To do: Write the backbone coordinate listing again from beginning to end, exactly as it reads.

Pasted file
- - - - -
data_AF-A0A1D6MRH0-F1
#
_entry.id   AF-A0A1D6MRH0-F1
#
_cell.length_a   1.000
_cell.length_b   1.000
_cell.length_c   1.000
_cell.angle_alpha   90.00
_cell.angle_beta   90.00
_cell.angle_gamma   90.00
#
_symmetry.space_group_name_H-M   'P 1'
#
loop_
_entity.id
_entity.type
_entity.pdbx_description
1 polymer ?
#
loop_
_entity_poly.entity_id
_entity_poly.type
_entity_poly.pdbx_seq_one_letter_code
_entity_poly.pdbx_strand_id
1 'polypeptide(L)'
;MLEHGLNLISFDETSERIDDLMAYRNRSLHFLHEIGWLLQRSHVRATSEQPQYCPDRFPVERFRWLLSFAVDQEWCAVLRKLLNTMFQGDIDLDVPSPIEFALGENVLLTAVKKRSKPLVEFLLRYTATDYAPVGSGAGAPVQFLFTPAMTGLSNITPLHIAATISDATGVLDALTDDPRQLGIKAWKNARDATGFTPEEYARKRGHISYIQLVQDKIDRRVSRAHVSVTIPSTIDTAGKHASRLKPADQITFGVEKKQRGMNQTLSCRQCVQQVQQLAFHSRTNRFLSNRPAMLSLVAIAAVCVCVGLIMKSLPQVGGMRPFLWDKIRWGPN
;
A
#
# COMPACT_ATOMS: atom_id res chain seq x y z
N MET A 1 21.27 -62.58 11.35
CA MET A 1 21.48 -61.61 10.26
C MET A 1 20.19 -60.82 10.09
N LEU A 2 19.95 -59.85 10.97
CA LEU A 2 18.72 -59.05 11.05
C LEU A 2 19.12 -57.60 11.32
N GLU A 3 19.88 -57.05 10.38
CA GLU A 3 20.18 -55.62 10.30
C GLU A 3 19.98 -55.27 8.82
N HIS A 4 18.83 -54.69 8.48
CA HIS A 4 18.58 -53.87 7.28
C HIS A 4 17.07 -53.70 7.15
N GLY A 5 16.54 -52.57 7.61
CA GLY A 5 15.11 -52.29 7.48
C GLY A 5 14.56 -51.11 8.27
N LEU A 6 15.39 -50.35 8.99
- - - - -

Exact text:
data_AF-A0A1D6MRH0-F1
#
_entry.id   AF-A0A1D6MRH0-F1
#
_cell.length_a   1.000
_cell.length_b   1.000
_cell.length_c   1.000
_cell.angle_alpha   90.00
_cell.angle_beta   90.00
_cell.angle_gamma   90.00
#
_symmetry.space_group_name_H-M   'P 1'
#
loop_
_entity.id
_entity.type
_entity.pdbx_description
1 polymer ?
#
loop_
_entity_poly.entity_id
_entity_poly.type
_entity_poly.pdbx_seq_one_letter_code
_entity_poly.pdbx_strand_id
1 'polypeptide(L)'
;MLEHGLNLISFDETSERIDDLMAYRNRSLHFLHEIGWLLQRSHVRATSEQPQYCPDRFPVERFRWLLSFAVDQEWCAVLRKLLNTMFQGDIDLDVPSPIEFALGENVLLTAVKKRSKPLVEFLLRYTATDYAPVGSGAGAPVQFLFTPAMTGLSNITPLHIAATISDATGVLDALTDDPRQLGIKAWKNARDATGFTPEEYARKRGHISYIQLVQDKIDRRVSRAHVSVTIPSTIDTAGKHASRLKPADQITFGVEKKQRGMNQTLSCRQCVQQVQQLAFHSRTNRFLSNRPAMLSLVAIAAVCVCVGLIMKSLPQVGGMRPFLWDKIRWGPN
;
A
#
# COMPACT_ATOMS: atom_id res chain seq x y z
N MET A 1 21.27 -62.58 11.35
CA MET A 1 21.48 -61.61 10.26
C MET A 1 20.19 -60.82 10.09
N LEU A 2 19.95 -59.85 10.97
CA LEU A 2 18.72 -59.05 11.05
C LEU A 2 19.12 -57.60 11.32
N GLU A 3 19.88 -57.05 10.38
CA GLU A 3 20.18 -55.62 10.30
C GLU A 3 19.98 -55.27 8.82
N HIS A 4 18.83 -54.69 8.48
CA HIS A 4 18.58 -53.87 7.28
C HIS A 4 17.07 -53.70 7.15
N GLY A 5 16.54 -52.57 7.61
CA GLY A 5 15.11 -52.29 7.48
C GLY A 5 14.56 -51.11 8.27
N LEU A 6 15.39 -50.35 8.99